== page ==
- Design and uses -
With the arrival of high-strength, high-tech lines, so-called Dyneema soft shackles or rope shackles have emerged as the shackle of choice in the leisure boating sector. To make a soft shackle for sailing, an eye is spliced at one end of a short piece of rope and a stopper knot (diamond) is tied to the other end. These strong, lightweight rope shackles (also called soft shackles or loop shackles) are often used on the rig to attach the ends of jib sheets to clew rings and thus avoid having metal parts flapping around in the wind for increased safety.
For sailing, many variations have been developed over the years for different areas of application. They are not only used in yachting but also in climbing and as heavy-duty shackles in offshore and off-road applications.
What is Dyneema? Dyneema ropes consist of a synthetic, polyethylene-based chemical fibre with ultra-high molecular weight, also called PE-UHMW fibre (Ultra-High-Molecular-Weight Polyethylene) This fibre first came onto the market in the 1980s and has subsequently been further developed several times.
- Shackle comparison: Metal vs soft shackles -
Rope shackles are very flexible and their soft material doesn't scratch or damage things like the deck or other surfaces on board. Unlike metal shackles, they float, are easy to attach in hard-to-reach places, and can easily be opened and re-attached even after extreme loading. They are also very strong:
With a material diameter of only 3 mm, this type of shackle has a breaking load of up to 500 kilograms, with a working load of 250 kilograms. So-called heavy duty shackles are not only used in offshore sailing, they're also found in the off-road sector and are used by overland travellers with their vehicles and equipment. With a diameter of 10 mm, they have a breaking load of twelve tonnes.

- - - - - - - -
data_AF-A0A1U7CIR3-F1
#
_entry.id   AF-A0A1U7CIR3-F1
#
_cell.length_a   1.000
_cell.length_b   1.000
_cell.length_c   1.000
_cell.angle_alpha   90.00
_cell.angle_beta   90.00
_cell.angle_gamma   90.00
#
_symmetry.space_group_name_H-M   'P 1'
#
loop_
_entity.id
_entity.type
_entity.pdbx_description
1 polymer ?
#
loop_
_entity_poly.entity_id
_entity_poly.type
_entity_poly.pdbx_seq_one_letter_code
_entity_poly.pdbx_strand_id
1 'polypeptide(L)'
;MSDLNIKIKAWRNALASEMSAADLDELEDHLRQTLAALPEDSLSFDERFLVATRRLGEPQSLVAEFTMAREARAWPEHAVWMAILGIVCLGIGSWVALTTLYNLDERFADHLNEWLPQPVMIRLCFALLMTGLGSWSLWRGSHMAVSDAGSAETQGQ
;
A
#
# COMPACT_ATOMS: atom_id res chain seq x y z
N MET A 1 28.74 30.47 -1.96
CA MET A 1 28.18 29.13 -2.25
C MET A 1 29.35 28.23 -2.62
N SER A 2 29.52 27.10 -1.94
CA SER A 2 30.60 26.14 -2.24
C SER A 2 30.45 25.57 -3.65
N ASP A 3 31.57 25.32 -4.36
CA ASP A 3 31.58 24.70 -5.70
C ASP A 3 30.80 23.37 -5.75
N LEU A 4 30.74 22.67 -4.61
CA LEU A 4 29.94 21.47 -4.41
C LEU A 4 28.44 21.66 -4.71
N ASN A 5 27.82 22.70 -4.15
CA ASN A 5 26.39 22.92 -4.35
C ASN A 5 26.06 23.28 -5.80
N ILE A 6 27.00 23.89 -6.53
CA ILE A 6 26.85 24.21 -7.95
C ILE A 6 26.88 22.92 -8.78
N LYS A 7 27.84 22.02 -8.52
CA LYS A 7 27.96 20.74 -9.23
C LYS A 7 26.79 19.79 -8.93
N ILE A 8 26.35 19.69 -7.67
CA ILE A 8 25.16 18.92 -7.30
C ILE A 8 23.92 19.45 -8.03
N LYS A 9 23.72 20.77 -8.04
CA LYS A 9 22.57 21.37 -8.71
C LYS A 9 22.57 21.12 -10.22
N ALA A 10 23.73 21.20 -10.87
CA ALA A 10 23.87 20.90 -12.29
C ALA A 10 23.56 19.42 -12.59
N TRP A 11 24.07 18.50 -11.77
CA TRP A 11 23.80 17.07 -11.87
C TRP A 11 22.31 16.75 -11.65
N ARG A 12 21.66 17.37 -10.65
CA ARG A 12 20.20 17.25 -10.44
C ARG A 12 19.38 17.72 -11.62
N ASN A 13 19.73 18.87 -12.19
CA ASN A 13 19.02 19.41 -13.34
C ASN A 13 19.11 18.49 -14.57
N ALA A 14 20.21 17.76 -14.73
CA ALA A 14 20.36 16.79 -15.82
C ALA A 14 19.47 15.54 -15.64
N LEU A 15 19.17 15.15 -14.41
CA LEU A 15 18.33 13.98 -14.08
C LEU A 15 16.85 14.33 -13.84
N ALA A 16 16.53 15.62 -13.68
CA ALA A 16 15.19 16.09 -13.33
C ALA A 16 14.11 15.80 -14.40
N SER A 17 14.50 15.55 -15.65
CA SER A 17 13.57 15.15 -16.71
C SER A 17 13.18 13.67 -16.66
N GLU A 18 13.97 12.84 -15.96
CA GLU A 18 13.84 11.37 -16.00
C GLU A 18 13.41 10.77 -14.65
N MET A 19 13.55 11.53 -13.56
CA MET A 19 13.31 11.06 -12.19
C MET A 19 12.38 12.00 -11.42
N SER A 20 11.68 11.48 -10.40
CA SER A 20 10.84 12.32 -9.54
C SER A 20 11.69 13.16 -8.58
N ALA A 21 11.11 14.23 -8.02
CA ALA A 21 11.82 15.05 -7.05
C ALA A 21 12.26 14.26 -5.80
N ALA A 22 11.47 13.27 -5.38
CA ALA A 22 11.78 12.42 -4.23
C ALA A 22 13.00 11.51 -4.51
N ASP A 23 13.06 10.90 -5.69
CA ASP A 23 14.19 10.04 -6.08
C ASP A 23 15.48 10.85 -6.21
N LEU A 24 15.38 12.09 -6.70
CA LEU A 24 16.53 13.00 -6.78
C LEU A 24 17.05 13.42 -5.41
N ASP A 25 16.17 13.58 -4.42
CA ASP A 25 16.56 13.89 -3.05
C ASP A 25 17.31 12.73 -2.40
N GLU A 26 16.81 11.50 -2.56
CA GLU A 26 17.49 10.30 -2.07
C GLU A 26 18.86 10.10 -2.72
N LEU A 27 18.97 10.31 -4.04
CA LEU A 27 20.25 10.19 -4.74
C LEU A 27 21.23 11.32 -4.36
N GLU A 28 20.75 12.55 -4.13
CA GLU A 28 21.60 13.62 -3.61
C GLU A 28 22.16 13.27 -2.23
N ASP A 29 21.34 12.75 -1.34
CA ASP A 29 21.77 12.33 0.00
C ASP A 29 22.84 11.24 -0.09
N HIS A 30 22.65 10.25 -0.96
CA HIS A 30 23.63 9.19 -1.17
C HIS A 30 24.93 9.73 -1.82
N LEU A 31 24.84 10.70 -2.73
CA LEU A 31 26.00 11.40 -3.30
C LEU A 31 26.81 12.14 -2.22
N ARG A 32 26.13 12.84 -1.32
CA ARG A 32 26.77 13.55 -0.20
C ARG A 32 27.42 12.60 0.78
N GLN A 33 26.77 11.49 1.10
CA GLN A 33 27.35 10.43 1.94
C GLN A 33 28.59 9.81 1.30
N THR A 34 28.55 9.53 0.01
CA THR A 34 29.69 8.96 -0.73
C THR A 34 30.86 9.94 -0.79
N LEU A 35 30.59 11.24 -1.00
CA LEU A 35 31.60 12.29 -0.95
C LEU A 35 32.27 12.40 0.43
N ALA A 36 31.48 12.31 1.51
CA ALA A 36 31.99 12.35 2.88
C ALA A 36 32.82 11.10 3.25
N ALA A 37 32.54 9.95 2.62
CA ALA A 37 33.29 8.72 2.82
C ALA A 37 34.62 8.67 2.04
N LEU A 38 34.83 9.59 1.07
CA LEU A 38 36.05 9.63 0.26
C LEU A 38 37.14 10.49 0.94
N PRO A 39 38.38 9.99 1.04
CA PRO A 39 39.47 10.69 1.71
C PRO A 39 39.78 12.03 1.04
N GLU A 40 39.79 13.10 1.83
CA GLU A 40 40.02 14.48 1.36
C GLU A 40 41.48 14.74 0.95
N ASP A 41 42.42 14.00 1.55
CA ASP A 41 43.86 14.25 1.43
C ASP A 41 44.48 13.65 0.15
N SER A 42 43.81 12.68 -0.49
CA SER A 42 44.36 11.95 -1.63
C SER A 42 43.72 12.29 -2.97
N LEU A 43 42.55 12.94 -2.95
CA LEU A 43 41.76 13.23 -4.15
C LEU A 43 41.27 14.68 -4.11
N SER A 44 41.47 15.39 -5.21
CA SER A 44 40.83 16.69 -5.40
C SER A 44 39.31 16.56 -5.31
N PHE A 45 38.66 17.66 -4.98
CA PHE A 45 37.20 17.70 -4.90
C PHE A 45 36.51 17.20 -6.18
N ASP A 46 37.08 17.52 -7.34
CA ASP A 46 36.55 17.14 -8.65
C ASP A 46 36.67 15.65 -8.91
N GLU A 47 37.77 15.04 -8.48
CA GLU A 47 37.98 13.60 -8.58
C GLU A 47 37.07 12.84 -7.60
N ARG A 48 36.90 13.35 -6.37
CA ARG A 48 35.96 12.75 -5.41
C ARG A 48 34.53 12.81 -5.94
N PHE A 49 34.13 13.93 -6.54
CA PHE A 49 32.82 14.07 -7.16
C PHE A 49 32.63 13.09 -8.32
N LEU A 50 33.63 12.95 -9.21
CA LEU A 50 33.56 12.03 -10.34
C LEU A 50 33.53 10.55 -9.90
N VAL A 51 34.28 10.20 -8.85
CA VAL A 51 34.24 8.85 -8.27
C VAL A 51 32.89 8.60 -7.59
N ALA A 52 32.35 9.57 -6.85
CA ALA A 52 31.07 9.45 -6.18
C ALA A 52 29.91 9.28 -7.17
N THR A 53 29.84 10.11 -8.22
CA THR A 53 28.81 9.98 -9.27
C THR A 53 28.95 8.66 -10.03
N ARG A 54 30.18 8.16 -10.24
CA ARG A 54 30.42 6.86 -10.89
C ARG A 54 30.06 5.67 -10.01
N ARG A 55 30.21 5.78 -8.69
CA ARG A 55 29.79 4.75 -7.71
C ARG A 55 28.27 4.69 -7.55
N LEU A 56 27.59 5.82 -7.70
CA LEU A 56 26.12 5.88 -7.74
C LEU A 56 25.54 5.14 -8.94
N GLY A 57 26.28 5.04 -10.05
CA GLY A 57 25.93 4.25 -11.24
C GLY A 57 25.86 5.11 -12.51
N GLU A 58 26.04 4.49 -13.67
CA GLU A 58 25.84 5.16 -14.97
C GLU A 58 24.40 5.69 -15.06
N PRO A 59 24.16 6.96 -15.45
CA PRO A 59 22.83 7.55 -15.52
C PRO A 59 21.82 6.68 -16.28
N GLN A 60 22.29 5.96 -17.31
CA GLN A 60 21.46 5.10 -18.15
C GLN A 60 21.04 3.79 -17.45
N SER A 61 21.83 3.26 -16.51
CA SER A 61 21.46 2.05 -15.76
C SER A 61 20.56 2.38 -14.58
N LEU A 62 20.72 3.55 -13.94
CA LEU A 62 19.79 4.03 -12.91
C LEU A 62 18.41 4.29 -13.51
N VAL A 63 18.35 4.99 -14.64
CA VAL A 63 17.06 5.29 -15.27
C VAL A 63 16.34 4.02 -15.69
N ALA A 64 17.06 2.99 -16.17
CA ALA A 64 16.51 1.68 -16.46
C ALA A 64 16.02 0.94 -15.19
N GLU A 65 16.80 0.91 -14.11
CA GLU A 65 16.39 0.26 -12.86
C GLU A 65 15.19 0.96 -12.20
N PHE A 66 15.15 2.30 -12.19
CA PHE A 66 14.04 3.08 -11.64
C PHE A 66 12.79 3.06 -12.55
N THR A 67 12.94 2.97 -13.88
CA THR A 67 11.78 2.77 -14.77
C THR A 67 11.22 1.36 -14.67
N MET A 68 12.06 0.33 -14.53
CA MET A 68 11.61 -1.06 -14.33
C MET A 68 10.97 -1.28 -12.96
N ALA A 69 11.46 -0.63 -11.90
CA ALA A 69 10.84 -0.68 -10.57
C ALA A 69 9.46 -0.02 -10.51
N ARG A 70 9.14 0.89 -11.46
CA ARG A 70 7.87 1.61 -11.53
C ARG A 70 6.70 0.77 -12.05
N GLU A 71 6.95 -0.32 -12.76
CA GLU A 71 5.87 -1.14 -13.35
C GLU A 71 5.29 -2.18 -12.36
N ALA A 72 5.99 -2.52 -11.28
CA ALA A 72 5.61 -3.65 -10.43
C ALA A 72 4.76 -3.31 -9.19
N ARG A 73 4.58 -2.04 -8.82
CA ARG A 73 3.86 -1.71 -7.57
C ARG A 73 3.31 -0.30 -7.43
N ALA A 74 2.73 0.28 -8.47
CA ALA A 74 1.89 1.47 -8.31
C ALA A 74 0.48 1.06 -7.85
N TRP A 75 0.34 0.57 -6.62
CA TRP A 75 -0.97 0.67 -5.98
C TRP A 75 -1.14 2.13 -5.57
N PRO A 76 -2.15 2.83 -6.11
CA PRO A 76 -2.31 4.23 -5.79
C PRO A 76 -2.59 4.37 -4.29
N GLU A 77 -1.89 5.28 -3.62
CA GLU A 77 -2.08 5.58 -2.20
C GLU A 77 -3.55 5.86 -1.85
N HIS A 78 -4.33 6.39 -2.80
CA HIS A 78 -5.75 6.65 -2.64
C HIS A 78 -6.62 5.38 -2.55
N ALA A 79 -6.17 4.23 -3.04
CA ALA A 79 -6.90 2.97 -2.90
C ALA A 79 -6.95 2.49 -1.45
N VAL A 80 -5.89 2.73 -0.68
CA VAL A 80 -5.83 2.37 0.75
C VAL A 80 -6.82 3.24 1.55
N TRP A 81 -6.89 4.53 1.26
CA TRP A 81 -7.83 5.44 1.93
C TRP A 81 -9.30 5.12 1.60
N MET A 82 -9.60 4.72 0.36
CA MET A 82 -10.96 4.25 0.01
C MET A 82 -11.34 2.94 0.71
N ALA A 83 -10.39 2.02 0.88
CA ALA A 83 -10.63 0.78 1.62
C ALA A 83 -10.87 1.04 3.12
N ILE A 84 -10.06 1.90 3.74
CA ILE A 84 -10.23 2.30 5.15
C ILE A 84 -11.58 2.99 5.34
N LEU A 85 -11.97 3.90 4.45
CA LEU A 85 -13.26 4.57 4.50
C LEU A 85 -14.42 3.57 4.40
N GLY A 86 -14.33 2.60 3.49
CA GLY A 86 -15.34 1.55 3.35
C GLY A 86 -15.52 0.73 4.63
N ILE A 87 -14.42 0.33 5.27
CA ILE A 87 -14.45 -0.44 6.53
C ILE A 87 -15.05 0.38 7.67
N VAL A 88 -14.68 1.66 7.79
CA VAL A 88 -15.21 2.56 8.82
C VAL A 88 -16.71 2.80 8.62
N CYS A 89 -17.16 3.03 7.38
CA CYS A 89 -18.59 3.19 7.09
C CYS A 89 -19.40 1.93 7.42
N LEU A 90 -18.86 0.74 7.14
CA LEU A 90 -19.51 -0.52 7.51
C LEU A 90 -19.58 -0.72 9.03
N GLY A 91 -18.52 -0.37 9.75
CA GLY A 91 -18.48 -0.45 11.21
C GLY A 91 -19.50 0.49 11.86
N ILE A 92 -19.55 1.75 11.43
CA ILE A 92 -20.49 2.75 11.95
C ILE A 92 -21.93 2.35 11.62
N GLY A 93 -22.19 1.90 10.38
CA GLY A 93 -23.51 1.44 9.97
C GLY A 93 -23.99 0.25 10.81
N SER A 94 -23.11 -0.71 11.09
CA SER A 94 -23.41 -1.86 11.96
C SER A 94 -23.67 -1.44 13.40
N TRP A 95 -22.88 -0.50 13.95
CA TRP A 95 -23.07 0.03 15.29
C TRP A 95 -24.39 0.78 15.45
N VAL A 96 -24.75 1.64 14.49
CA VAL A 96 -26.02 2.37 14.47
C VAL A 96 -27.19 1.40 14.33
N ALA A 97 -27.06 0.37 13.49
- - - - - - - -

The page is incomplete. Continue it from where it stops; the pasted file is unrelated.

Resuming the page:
Allas, despite all this praise, there are also some disadvantages of soft shackles: one such is that they cannot be opened under load. Also, braided rope is not exactly 100% resistant to abrasion and can be easily damaged by sharp edges - they will therefore always need to be checked for damage and, if necessary, replaced more often than metal shackles. This is why it's common for some heavy-duty rope shackles for off-road use to be covered with an additional protective cover.
- Highly versatile use on board -
If used with low-friction rings or other hardware, soft shackles can also be used to replace blocks, as barber haulers to trim the headsail or for temporary outer sheet hauling points. As a low-weight alternative to their metal cousins, rope shackles are especially useful in regatta sailing where every gram of weight saved counts. Some manufacturers offer blocks especially for the yachting sector, where Dyneema loops replace the classic metal connections. Ideal for attaching the jib sheet.
As a connection between the clew on the headsail and the sheet (spliced eye needed), a rope shackle is less likely to snag the baby stay than, say, a knot or metal shackle. Their light weight also means that they are popular for use on spinnaker boom sheets and halyards, for example. The working load of halyards and genoa sheets can be easily calculated using the sail area:
Multiply the sail area in square metres by 30 (for spinnakers 13). A shackle will break if the specified breaking load is exceeded. The safe working load is usually estimated at around 40 percent of the breaking load of the shackle.
Dyneema-compatiable products can also be found in our online shop, such as metal shackles (shackles made of brass, titanium or steel), friction rings, stand-up blocks, where you can also find pre-spliced sheets and halyards.
Sakib S. on 03.10.2023
I was super please with price and delivery service.
Ray L. on 03.10.2023
A great product with the best price i could find online, well packaged and very fast delivery to me here in Greece
Eric H. on 02.10.2023
Easy to mount the connectors.